Which of the following imaging studies should be considered if a pulmonary malignancy is suspected
A 26-year-old, non-smoker, male presented to your clinic with SOB with exertion. This could be due to
Upon assessment of respiratory excursion, the clinician notes asymmetric expansion of the chest. One side expands greater than the other. This could be due to
A 72-year-old woman and her husband are on a cross-country driving vacation. After a long day of driving, they stop for dinner. Midway through the meal, the woman becomes very short of breath, with chest pain and a feeling of panic. Which of the following problems is most likely?
A cough is described as chronic if it has been present for
Testing is necessary for the diagnosis of asthma because history and physical are not reliable means of excluding other diagnoses or determining the extent of lung impairment. What is the study that is used to evaluate upper respiratory symptoms with new onset wheeze?
. Your patient has just returned from a 6-month missionary trip to Southeast Asia. He reports unremitting cough, hemoptysis, and an unintentional weight loss of 10 pounds over the last month. These symptoms should prompt the clinician to suspect:
Your patient has just returned from a 6-month missionary trip to Southeast Asia. He reports unremitting cough, hemoptysis, and an unintentional weight loss of 10 pounds over the last month. These symptoms should prompt the clinician to suspect:
A 76-year-old patient with a 200-pack year smoking history presents with complaints of chronic cough, dyspnea, fatigue, hemoptysis, and weight loss over the past 2 months. The physical exam reveals decreased breath sounds and dullness to percussion over the left lower lung field. The chest X-ray demonstrates shift of the mediastinum and trachea to the left. These are classic signs of:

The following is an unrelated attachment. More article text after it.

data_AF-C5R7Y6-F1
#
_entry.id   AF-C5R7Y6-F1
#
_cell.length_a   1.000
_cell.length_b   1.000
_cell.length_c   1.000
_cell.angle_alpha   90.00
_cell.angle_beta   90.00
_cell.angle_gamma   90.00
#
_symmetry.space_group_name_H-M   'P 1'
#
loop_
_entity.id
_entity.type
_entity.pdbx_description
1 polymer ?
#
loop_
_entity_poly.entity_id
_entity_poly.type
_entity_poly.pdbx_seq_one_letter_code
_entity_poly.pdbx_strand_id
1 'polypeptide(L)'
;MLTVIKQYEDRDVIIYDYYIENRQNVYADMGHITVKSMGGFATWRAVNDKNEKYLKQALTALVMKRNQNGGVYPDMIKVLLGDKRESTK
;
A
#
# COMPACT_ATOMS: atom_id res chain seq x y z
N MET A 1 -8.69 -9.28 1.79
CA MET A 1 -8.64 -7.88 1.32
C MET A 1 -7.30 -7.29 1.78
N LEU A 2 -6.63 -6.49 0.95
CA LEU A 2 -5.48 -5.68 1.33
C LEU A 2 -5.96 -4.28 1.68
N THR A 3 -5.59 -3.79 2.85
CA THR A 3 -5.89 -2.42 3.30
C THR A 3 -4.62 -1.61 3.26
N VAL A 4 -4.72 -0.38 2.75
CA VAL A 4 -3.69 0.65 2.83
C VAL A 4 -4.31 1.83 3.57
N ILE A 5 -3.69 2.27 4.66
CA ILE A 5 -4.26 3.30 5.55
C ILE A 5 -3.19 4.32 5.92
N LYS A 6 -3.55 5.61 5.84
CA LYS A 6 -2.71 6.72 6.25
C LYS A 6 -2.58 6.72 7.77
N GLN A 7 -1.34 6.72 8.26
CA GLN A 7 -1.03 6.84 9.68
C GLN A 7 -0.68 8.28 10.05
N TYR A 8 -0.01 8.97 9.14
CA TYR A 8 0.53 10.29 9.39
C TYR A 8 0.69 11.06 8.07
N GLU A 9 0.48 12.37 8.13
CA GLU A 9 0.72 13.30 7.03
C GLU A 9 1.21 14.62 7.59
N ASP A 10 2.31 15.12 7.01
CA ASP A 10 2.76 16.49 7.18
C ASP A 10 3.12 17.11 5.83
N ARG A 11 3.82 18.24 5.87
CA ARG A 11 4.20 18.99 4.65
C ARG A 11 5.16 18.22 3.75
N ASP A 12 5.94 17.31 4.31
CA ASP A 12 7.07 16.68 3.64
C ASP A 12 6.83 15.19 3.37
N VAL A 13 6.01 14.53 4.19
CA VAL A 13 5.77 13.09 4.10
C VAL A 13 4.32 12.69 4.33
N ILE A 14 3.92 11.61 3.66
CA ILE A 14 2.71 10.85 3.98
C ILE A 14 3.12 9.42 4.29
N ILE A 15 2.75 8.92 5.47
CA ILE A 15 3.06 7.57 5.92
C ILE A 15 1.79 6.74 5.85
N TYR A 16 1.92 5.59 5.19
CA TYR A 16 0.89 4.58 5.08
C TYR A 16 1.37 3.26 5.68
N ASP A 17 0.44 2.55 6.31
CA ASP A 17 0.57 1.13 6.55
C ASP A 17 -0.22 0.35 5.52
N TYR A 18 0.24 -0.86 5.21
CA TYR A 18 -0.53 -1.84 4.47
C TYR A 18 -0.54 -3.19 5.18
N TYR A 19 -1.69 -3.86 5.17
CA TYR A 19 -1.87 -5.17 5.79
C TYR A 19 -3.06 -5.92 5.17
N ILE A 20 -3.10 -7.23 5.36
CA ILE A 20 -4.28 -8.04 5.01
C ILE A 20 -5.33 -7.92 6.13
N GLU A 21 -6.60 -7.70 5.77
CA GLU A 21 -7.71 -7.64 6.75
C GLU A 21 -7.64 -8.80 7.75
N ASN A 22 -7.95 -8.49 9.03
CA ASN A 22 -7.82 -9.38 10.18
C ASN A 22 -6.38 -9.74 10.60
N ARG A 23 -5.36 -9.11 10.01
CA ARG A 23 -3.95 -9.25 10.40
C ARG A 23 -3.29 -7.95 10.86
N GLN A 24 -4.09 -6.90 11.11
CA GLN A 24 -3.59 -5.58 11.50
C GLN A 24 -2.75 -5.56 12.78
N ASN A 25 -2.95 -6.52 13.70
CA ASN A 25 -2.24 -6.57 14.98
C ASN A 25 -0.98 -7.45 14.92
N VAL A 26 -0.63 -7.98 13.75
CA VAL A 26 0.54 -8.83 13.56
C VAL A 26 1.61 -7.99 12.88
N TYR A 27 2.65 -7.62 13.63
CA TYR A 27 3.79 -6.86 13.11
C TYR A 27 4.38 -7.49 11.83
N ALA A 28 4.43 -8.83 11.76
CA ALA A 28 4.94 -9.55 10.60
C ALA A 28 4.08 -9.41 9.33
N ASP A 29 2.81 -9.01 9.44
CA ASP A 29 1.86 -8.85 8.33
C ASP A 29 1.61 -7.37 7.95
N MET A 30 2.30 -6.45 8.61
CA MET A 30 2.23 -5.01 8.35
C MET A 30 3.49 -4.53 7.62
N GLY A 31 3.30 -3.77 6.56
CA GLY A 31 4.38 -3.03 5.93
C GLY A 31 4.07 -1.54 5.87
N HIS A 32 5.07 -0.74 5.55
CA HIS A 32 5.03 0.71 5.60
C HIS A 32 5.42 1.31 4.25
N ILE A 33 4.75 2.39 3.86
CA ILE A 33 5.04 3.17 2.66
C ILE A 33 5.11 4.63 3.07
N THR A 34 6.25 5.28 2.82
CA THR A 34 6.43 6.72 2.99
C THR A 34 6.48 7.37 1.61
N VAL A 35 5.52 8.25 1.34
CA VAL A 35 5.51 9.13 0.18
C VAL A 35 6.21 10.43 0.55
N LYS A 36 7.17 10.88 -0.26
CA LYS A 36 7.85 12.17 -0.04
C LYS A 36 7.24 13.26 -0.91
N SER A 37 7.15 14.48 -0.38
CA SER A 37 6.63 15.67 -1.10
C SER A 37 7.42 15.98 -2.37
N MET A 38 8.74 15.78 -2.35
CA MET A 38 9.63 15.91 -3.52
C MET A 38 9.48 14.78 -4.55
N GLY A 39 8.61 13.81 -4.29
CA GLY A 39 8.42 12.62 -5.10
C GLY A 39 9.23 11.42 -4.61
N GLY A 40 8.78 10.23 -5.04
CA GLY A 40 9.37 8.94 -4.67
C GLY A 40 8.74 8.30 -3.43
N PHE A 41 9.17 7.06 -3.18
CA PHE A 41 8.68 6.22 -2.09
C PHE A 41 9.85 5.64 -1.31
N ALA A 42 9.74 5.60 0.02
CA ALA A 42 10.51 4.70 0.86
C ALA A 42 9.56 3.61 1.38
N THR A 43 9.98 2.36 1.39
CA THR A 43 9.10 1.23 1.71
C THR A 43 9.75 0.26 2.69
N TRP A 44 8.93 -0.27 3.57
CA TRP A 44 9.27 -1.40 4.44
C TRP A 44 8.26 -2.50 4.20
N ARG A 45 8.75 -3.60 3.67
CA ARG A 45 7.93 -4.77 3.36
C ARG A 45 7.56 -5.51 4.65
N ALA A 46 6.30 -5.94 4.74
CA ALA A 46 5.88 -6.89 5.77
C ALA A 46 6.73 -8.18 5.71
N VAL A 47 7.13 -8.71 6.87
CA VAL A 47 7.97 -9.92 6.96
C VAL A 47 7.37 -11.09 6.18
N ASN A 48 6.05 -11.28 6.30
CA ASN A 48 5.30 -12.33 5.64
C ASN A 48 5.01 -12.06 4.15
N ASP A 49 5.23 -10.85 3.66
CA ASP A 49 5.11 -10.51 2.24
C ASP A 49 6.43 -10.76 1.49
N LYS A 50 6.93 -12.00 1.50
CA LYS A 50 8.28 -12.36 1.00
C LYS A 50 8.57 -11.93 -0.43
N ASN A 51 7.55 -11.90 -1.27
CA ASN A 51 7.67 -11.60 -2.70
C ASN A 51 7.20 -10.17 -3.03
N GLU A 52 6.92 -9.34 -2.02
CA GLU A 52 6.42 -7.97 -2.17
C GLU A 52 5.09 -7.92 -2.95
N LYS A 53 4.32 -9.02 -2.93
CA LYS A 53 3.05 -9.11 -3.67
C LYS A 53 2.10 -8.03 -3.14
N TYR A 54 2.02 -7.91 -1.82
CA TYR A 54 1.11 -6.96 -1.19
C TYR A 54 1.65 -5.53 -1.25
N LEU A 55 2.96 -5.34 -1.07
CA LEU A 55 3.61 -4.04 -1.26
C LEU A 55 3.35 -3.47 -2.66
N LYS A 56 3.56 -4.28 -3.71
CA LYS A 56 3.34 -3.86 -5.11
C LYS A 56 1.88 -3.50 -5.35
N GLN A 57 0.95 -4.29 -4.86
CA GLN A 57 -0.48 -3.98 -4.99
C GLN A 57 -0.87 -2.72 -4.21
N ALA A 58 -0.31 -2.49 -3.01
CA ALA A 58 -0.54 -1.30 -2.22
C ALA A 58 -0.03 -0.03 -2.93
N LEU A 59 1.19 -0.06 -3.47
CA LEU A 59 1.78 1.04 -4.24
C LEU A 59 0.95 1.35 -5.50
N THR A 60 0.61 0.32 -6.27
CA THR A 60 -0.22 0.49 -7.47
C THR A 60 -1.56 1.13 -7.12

A 24-year-old patient presents to the emergency department after sustaining multiple traumatic injuries after a motorcycle accident. Upon examination, you note tachypnea, use of intercostal muscles to breathe, asymmetric chest expansion, and no breath sounds over the left lower lobe. It is most important to suspect:
A 23-year-old patient who has had bronchiectasis since childhood is likely to have which of the following:
Which of the following is considered a “red flag” when diagnosing a patient with pneumonia
A 75-year-old patient with community-acquired pneumonia presents with chills, productive cough, temperature of 102.1, pulse 100, respiration 18, BP 90/52, WBC 12,000, and blood urea nitrogen (BUN) 22 mg/dl. He has a history of mild dementia and his mental status is unchanged from his last visit. These findings indicate that the patient:
The following criterion is considered a positive finding when determining whether a patient with asthma can be safely monitored and treated at home:
In classifying the severity of your patient presenting with an acute exacerbation of asthma. You determine that they have moderate persistent symptoms based on the report of symptoms and spirometry readings of the last 3 weeks. The findings that support moderate persistent symptoms include: